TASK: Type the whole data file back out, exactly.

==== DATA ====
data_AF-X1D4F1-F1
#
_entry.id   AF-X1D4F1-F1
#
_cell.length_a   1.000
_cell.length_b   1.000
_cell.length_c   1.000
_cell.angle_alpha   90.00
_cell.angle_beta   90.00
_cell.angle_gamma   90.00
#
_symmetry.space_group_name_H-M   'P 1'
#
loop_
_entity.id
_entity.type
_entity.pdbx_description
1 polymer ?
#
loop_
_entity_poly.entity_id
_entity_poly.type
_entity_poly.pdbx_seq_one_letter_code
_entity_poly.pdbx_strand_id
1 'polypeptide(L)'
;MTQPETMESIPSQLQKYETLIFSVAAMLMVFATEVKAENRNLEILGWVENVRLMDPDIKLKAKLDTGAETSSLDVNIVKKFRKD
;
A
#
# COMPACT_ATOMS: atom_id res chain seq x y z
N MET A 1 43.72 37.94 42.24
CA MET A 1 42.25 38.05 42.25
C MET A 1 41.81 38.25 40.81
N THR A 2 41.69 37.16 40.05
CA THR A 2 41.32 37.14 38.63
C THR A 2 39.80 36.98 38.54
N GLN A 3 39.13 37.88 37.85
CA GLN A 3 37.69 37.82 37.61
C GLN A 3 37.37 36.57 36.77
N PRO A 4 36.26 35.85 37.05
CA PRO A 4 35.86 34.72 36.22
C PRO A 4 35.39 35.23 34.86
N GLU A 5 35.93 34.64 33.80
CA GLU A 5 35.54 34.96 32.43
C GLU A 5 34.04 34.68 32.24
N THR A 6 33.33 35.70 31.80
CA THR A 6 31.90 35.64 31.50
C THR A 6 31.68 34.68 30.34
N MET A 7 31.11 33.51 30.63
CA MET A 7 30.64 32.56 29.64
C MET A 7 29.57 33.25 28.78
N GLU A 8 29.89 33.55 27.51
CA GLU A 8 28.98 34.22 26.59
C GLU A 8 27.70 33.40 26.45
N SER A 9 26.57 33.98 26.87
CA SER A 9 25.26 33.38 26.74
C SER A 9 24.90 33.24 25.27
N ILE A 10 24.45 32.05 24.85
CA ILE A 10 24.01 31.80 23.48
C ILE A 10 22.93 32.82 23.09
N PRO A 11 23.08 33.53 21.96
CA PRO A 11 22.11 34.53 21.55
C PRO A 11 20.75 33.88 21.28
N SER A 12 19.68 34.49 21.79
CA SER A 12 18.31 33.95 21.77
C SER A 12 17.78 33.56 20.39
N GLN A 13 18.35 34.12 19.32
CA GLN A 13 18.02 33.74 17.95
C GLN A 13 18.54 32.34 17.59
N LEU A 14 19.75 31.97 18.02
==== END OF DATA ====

data_AF-X1D4F1-F1
#
_entry.id   AF-X1D4F1-F1
#
_cell.length_a   1.000
_cell.length_b   1.000
_cell.length_c   1.000
_cell.angle_alpha   90.00
_cell.angle_beta   90.00
_cell.angle_gamma   90.00
#
_symmetry.space_group_name_H-M   'P 1'
#
loop_
_entity.id
_entity.type
_entity.pdbx_description
1 polymer ?
#
loop_
_entity_poly.entity_id
_entity_poly.type
_entity_poly.pdbx_seq_one_letter_code
_entity_poly.pdbx_strand_id
1 'polypeptide(L)'
;MTQPETMESIPSQLQKYETLIFSVAAMLMVFATEVKAENRNLEILGWVENVRLMDPDIKLKAKLDTGAETSSLDVNIVKKFRKD
;
A
#
# COMPACT_ATOMS: atom_id res chain seq x y z
N MET A 1 43.72 37.94 42.24
CA MET A 1 42.25 38.05 42.25
C MET A 1 41.81 38.25 40.81
N THR A 2 41.69 37.16 40.05
CA THR A 2 41.32 37.14 38.63
C THR A 2 39.80 36.98 38.54
N GLN A 3 39.13 37.88 37.85
CA GLN A 3 37.69 37.82 37.61
C GLN A 3 37.37 36.57 36.77
N PRO A 4 36.26 35.85 37.05
CA PRO A 4 35.86 34.72 36.22
C PRO A 4 35.39 35.23 34.86
N GLU A 5 35.93 34.64 33.80
CA GLU A 5 35.54 34.96 32.43
C GLU A 5 34.04 34.68 32.24
N THR A 6 33.33 35.70 31.80
CA THR A 6 31.90 35.64 31.50
C THR A 6 31.68 34.68 30.34
N MET A 7 31.11 33.51 30.63
CA MET A 7 30.64 32.56 29.64
C MET A 7 29.57 33.25 28.78
N GLU A 8 29.89 33.55 27.51
CA GLU A 8 28.98 34.22 26.59
C GLU A 8 27.70 33.40 26.45
N SER A 9 26.57 33.98 26.87
CA SER A 9 25.26 33.38 26.74
C SER A 9 24.90 33.24 25.27
N ILE A 10 24.45 32.05 24.85
CA ILE A 10 24.01 31.80 23.48
C ILE A 10 22.93 32.82 23.09
N PRO A 11 23.08 33.53 21.96
CA PRO A 11 22.11 34.53 21.55
C PRO A 11 20.75 33.88 21.28
N SER A 12 19.68 34.49 21.79
CA SER A 12 18.31 33.95 21.77
C SER A 12 17.78 33.56 20.39
N GLN A 13 18.35 34.12 19.32
CA GLN A 13 18.02 33.74 17.95
C GLN A 13 18.54 32.34 17.59
N LEU A 14 19.75 31.97 18.02